Catalog of Isohedral Tilings

From the article "One Corona is Enough for the Euclidean Plane."Authors:
Doris Schattschneider
Moravian College
1200 Main St.
Bethlehem, PA 180186650 USA
<schattdo@moravian.edu>
Nikolai Dolbilin
Steklov Mathematical Institute
Gubkin 8, 117966 Moscow
GSP1 Russia
<nikolai@dolbilin.mian.su>Published in "Quasicrystals and Discrete Geometry," J. Patera, editor, The Fields Institute for Research in Mathematical Sciences Monograph Series, Vol. 10, AMS, Providence, RI, 1998, pp. 207246.
In the article cited above, tilings* of the Euclidean plane by a single polygon are considered, and it is shown that such a tiling is isohedral if and only if each polygon is "surrounded in the same way," or, more technically, the centered coronas of tiles are pairwise congruent.
(*In these tilings, at each vertex of each polygon, three or more polygons must meet.)
When the polygon tile is asymmetric, the proof of the result is a consequence of the local theorem for tilings, a general result that holds for tilings in ddimensional space (see N. Dolbilin and D. Schattschneider, "The Local Theorem for Tilings," in the volume mentioned above, pp. 193199). Therefore the result needs to be verified only for symmetric polygons. The proof is casebycase, constructing all possible tilings with a single symmetric polygon tile that satisfies the condition on pairwise congruent coronas. All are shown to be isohedral. One consequence of the proof is the production of this complete catalog of isohedral tilings by symmetric polygon tiles.
About onequarter of the 42 different types of tilings are rigid; that is, they are unique up to similarity. However, the remaining tilings are highly flexible, with the shape of the tile able to be deformed in a continuous manner to assume a variety of distinct shapes. The tilings were constructed using The Geometer's Sketchpad, and the dynamic action of that program allows you to explore the range of shapes of these tiles and their associated tilings by simply dragging on a vertex of a tile.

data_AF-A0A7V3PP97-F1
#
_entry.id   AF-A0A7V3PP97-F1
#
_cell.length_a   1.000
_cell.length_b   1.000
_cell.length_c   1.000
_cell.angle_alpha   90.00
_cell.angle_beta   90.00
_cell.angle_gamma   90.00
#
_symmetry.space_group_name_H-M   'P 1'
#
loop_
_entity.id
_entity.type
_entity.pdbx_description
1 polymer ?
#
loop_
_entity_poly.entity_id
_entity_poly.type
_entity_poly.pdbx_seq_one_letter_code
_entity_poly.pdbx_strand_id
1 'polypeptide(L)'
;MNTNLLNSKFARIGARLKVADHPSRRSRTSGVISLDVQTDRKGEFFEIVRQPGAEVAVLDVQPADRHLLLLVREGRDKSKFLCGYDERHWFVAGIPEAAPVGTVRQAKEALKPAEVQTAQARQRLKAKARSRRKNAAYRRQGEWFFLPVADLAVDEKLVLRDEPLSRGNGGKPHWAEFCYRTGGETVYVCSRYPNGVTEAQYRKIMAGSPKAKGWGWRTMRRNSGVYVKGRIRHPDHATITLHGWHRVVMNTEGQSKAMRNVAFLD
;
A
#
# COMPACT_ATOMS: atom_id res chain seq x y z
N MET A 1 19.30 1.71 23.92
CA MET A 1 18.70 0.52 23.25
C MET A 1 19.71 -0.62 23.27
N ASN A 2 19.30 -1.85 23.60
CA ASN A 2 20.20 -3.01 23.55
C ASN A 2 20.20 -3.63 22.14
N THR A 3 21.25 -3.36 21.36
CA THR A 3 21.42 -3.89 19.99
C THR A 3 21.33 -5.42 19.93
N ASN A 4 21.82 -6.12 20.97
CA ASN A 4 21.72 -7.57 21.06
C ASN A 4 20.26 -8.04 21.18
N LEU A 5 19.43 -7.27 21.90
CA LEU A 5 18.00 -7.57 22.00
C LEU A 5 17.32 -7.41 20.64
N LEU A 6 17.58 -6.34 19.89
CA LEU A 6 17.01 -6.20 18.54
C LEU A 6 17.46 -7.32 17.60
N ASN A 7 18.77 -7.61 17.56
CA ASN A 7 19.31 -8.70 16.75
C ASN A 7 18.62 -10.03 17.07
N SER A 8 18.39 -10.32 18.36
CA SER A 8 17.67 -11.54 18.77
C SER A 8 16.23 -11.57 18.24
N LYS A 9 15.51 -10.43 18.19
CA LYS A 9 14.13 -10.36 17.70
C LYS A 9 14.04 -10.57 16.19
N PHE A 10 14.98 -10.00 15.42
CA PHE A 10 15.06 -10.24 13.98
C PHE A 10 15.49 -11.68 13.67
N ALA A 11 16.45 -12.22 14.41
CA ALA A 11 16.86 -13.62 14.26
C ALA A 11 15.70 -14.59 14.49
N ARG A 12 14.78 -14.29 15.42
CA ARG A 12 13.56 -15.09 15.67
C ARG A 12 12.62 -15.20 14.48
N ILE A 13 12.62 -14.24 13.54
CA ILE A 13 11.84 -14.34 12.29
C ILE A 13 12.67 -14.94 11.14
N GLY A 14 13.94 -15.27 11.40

This web site allows you to view the whole catalog, and also to view the deformation of the flexible tilings interactively, using the JavaSketchpad version of the tilings. You can also download the Sketchpad files to your computer if you wish to explore them further.
Each sketch shows a patch of a tiling with a central tile surrounded by shaded copies of the tile. The set consisting of the central tile and the shaded surrounding tiles is called a centered corona of the tiling. (Formally, the corona of a tile is the set of all tiles that have nonempty intersection with the tile.) The Laves net of the tiling is given, and any constraints on the tile are described. When the tile (and hence its tiling) is flexible, a "play" button is shown. This link leads to the interactive JavaSketchpad version of the sketch in which one or more vertices is highlighted. Drag on a highlighted vertex to deform the tile and its tiling and view the wide range of shapes that the tile can assume. In many cases, one degree of freedom has been fixed, so the range of shapes does not show all possible sizes.
Further details on each of the tilings (as well as their construction) can be found in the article cited at the top of this page.
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